Posted 9 months ago
Wolfgang Schmidt was seated in Berlin’s 1,200-foot-high TV tower, one of the few remaining landmarks left from the former East Germany. Peering out over the city that lived in fear when the communist party ruled it, he pondered the magnitude of domestic spying in the United States under the Obama administration. A smile spread across his face.
“You know, for us, this would have been a dream come true,” he said, recalling the days when he was a lieutenant colonel in the defunct communist country’s secret police, the Stasi.
In those days, his department was limited to tapping 40 phones at a time, he recalled. Decide to spy on a new victim and an old one had to be dropped, because of a lack of equipment. He finds breathtaking the idea that the U.S. government receives daily reports on the cellphone usage of millions of Americans and can monitor the Internet traffic of millions more.
“So much information, on so many people,” he said.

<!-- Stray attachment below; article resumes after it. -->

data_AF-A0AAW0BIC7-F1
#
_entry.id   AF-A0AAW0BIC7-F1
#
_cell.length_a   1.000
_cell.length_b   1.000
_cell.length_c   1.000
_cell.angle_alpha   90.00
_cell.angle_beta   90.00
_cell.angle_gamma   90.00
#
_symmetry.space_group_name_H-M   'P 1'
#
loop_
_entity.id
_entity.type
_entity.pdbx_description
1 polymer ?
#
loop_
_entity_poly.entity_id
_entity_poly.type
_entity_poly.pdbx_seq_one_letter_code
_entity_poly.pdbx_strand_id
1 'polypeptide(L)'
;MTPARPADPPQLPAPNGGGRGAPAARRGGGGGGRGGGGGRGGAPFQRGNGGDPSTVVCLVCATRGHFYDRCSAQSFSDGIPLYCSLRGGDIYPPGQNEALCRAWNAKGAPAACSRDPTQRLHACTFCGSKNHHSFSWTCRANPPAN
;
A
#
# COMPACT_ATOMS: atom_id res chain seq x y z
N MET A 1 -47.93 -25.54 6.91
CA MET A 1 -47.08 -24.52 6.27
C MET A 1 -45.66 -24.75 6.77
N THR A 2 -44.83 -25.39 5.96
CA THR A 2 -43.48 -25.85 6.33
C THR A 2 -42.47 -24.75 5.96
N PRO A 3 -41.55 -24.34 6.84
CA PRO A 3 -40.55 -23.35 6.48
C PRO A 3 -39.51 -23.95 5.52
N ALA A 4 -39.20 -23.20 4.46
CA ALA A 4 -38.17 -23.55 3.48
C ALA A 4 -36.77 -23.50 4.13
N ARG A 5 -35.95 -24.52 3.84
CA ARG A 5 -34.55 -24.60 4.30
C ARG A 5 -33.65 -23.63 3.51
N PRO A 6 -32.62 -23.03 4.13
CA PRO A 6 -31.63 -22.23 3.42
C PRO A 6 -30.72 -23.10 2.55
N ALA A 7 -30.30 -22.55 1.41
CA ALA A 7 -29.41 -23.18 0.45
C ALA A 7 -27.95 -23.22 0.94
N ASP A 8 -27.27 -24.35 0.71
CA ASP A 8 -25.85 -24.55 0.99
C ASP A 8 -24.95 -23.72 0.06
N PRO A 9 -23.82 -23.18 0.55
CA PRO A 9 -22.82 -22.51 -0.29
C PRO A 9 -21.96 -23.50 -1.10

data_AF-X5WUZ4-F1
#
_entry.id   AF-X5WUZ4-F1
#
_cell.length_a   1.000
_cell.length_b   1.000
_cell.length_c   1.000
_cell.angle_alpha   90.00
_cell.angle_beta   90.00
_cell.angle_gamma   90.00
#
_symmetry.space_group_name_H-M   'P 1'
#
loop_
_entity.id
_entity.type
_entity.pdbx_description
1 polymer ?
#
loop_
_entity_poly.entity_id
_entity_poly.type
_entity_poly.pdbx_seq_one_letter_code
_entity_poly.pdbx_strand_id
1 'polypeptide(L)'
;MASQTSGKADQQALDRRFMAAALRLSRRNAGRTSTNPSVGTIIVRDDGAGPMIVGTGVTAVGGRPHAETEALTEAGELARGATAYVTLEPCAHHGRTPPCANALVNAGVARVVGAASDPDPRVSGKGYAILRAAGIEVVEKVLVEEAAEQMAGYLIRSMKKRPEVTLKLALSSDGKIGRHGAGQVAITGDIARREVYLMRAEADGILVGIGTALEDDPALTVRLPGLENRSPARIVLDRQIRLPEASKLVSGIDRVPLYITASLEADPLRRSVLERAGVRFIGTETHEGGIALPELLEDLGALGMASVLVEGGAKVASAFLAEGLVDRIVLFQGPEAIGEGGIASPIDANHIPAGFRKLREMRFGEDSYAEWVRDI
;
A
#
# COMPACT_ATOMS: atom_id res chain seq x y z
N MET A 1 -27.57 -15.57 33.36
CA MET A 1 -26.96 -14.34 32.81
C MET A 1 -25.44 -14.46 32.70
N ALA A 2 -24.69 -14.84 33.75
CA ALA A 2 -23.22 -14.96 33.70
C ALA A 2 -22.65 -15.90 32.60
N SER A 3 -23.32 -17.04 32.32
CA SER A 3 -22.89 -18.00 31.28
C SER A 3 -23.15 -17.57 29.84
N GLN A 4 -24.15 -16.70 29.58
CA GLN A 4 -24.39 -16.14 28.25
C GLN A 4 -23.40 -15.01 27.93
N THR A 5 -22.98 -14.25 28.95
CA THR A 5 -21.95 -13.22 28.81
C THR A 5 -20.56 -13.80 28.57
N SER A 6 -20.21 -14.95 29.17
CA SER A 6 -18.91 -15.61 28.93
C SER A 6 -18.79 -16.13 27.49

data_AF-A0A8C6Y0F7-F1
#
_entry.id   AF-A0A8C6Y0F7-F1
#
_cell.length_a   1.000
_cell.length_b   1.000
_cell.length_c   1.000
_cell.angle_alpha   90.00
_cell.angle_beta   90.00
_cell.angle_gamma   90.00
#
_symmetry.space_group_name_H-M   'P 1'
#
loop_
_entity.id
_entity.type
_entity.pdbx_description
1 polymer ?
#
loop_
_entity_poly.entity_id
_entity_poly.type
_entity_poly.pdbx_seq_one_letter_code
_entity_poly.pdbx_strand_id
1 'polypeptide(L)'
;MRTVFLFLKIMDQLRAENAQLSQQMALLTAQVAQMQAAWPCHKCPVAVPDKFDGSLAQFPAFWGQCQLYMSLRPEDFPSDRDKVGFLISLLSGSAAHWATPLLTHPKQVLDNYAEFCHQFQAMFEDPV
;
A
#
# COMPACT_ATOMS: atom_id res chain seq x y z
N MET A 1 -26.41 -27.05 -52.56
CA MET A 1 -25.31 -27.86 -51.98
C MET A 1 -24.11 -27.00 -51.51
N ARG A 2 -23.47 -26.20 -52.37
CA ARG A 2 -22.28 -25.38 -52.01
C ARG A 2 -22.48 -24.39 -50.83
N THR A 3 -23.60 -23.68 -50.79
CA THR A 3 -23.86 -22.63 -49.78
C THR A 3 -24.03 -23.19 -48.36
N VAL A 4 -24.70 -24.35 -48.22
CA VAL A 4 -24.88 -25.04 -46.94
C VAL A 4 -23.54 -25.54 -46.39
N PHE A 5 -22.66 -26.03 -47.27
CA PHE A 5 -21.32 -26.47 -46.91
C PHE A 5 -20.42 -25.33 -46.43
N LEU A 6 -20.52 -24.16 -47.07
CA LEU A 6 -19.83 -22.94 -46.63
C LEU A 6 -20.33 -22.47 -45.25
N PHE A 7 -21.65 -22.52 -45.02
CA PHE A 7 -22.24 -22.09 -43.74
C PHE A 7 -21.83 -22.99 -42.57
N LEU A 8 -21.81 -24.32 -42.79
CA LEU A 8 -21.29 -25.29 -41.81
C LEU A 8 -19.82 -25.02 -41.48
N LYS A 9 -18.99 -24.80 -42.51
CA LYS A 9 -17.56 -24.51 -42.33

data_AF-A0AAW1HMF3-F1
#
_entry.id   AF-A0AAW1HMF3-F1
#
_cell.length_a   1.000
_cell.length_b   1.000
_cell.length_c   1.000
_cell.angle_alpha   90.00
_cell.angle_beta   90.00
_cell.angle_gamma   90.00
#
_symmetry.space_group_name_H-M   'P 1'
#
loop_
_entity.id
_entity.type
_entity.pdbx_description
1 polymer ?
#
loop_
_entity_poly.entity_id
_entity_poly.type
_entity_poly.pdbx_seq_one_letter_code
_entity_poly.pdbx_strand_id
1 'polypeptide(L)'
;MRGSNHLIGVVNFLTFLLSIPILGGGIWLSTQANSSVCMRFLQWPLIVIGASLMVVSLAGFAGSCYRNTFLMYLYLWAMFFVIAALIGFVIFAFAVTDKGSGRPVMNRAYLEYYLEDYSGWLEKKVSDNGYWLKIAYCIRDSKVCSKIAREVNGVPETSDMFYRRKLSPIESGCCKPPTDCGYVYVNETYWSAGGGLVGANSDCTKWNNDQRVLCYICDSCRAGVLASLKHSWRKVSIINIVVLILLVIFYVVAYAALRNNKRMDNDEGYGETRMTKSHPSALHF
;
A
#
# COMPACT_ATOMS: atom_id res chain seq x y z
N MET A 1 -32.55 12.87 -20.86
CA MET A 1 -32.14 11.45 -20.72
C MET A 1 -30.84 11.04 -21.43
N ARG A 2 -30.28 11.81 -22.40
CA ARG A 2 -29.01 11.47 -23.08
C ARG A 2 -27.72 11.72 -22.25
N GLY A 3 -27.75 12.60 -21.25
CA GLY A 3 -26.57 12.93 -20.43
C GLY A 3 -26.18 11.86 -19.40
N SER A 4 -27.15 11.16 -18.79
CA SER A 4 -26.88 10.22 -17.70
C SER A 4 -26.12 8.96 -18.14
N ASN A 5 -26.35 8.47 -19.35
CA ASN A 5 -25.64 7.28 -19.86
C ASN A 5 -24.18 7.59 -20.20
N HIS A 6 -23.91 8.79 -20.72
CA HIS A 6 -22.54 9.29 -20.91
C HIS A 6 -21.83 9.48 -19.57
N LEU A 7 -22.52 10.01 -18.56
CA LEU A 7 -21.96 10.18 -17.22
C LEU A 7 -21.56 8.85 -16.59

East Germany’s Stasi has long been considered the standard of police state surveillance during the Cold War years, a monitoring regime so vile and so intrusive that agents even noted when their subjects were overheard engaging in sexual intercourse. Against that backdrop, Germans have greeted with disappointment, verging on anger, the news that somewhere in a U.S. government databank are the records of where millions of people were when they made phone calls or what video content they streamed on their computers in the privacy of their homes.
Even Schmidt, 73, who headed one of the more infamous departments in the infamous Stasi, called himself appalled. The dark side to gathering such a broad, seemingly untargeted, amount of information is obvious, he said.
“It is the height of naivete to think that once collected this information won’t be used,” he said. “This is the nature of secret government organizations. The only way to protect the people’s privacy is not to allow the government to collect their information in the first place.”